“On this World Day against Trafficking in Persons, let us reaffirm our commitment to stop criminals from ruthlessly exploiting people for profit and to help victims rebuild their lives.”UN Secretary-General António Guterres
In 2013, UN member states officially adopted the 30th of July as the ‘World Day against Trafficking in Persons’. The aim of the day was to raise the profile of this critical issue, and “raise awareness of the situation of victims of human trafficking and for the promotion and protection of their rights.”
In September 2015, the same member states created new goals aligned with this agenda. The goals aimed to put in place measures to combat people trafficking, specifically to end trafficking of and violence against women and children.
A number of individual countries have laws in place against people trafficking. In the USA, this is the Trafficking Victims Protection Act (TVPA) 2000, most recently reauthorised in 2013. The UK’s Modern Slavery Act of 2015 was created to provide stronger protection for those being trafficked for the purposes of sexual slavery or forced labour.
In spite of these laws, and the fact that 173 UN Member States have implemented the UN Protocols, modern slavery and people trafficking still exists in huge numbers. According to the Global Slavery Index, an estimated 40.3 million people were in some form of slavery on any given day in 2016.
People Trafficking – Failure to Comply
In the simplest terms, it’s up to the individual organisations to take responsibility. Responsibility for their own operations. Responsibility for their suppliers. Even responsibility for the wider supply chains.
Modern Slavery and People Trafficking doesn’t stop with a tick-box exercise. Procurement needs to stand up and make a difference through its actions, rather than words. Under the Modern Slavery Act, any organisation with an annual turnover greater than £36 million must publish a statement on what they are doing to combat slavery in their supply chain.
Let’s look at public procurement in the first instance. (But don’t let that make you think private companies are off the hook. We’ll come back to this!)
Public procurement faces huge scrutiny and rightly so. According to reported figures, an estimated £220 billion worth of contracts were awarded in 2017 by the UK Government to private companies. (See, we did say this was coming.) However, in 2018 it was reported that 40 per cent of the Government’s top 100 suppliers by lifetime spend had failed to comply with Modern Slavery legislation on reporting.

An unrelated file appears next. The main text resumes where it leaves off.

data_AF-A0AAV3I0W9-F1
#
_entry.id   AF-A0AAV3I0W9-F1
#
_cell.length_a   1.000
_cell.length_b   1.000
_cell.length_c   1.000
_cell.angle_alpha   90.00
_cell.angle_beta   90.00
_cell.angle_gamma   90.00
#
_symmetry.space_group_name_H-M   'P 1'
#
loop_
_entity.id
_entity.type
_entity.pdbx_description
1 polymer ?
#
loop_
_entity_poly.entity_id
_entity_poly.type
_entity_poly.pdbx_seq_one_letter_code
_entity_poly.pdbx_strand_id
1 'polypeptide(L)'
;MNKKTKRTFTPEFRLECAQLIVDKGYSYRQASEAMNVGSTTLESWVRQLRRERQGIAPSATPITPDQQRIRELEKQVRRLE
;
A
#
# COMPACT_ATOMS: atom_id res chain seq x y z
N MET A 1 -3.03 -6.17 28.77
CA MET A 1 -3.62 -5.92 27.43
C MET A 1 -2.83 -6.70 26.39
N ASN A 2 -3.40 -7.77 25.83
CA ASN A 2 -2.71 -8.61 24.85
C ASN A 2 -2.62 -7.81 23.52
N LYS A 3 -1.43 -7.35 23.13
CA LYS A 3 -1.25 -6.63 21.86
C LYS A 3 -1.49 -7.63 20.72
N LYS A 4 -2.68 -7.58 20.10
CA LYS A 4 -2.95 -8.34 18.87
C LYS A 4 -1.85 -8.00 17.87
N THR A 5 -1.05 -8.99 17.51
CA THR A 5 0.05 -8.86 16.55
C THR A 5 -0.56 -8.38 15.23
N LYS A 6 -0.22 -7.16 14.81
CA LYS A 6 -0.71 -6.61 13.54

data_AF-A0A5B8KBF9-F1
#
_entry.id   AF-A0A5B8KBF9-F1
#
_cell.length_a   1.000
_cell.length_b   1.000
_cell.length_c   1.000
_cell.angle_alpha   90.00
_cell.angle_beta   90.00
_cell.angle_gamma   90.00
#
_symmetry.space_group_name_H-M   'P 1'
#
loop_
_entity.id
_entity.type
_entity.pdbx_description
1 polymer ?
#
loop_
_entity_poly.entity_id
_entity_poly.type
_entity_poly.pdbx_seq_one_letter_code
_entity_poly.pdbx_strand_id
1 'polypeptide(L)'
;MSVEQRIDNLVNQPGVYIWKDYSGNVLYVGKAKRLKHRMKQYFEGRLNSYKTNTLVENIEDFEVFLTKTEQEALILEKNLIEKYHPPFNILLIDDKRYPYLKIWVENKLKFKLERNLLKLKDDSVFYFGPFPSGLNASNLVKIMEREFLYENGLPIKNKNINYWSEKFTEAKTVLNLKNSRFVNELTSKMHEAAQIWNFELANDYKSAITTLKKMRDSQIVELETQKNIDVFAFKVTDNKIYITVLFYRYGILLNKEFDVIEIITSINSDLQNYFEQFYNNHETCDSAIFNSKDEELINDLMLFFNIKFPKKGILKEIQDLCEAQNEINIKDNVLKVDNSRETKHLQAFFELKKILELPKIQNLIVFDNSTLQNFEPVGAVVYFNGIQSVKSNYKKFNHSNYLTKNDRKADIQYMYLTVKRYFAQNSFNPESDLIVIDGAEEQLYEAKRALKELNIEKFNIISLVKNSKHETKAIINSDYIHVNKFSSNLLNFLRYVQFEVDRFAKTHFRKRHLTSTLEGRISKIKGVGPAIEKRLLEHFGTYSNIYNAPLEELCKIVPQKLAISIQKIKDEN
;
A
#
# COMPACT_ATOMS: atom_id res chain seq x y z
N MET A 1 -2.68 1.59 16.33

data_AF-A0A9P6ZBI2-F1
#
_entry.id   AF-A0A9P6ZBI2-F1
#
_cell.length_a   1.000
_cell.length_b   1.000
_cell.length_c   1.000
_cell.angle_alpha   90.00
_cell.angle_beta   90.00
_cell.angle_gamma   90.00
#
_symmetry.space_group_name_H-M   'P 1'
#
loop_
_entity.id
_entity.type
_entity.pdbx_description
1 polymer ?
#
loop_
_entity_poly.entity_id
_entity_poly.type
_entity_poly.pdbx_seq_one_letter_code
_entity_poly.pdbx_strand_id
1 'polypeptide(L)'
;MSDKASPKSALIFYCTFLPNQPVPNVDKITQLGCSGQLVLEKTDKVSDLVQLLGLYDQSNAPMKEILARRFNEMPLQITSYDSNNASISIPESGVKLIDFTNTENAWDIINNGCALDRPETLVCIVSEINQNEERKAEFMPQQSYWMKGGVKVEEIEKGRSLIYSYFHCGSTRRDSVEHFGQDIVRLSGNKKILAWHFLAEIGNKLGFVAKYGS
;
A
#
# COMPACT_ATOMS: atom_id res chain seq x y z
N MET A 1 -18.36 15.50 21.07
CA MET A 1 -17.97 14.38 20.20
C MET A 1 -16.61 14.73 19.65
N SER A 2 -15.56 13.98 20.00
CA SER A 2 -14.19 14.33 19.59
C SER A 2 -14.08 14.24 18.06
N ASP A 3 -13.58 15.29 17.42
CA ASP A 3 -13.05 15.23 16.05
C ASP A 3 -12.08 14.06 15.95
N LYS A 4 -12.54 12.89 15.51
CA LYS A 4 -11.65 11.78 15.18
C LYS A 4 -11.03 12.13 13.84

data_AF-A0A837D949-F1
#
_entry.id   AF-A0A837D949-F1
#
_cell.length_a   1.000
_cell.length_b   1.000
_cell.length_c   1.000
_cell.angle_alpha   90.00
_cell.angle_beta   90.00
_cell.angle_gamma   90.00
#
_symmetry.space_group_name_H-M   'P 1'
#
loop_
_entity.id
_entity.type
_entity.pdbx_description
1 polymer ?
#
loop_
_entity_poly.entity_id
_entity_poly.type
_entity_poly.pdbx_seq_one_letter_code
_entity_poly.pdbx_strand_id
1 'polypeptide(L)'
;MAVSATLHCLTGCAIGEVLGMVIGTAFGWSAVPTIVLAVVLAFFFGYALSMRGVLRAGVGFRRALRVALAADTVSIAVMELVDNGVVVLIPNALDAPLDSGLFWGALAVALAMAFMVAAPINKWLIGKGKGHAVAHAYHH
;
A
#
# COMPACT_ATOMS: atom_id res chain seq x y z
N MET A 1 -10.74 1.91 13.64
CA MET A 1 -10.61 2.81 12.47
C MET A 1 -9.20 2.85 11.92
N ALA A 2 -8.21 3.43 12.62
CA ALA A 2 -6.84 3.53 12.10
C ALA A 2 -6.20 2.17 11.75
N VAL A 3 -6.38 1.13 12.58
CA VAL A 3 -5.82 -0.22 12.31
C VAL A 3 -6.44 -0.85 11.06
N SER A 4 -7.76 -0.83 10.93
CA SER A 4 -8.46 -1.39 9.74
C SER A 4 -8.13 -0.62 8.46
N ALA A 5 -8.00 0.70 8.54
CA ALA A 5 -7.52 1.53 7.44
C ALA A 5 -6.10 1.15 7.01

Far from leading from the front, the UK Government was being criticised for continuing to award contracts to these organisations. Figures for the private sector are harder to come by, but we can assume that the same reporting issues exist there too.
Procurement’s Role in Reversing Fortunes
Compliance with legislation and reporting issues would be a good place to start. Beyond this it’s about creating a culture of responsibility throughout the supply chain. Openness, honesty and transparency are the hallmarks of a strong supply chain. This is what procurement must aim for as a minimum.
We have spoken before about the need for procurement to create a legacy for future generations. This not only covers sustainability, but also driving social responsibility through multiple supply chain levels.
Tools such as blockchain and other technological advancements can provide key assistance. From here, procurement can move to open up data and shine lights on the dark corners of supply chains. By doing this, it helps to expose poor practices, undermine slavery operations and start making a real difference to those in need.
The final thing to remember is not to do this in isolation. True, each organisation has individual responsibility. But as with many procurement progressions, collaboration and communication are key. The whole is greater than the sum of the parts. Organisations face common challenges, so they should be able to come up with common solutions.
Shared expertise is the way forward and the path to procuring with purpose. Let’s finally put an end to modern slavery and people trafficking. You can take the first steps now.
Procure with Purpose
Procurious have partnered with SAP Ariba to create a global online group – Procure with Purpose.
Through Procure with Purpose, we’re shining a light on the biggest issues – from Modern Slavery and People Trafficking to Minority Owned Business, and from Social Enterprises to Environmental Sustainability.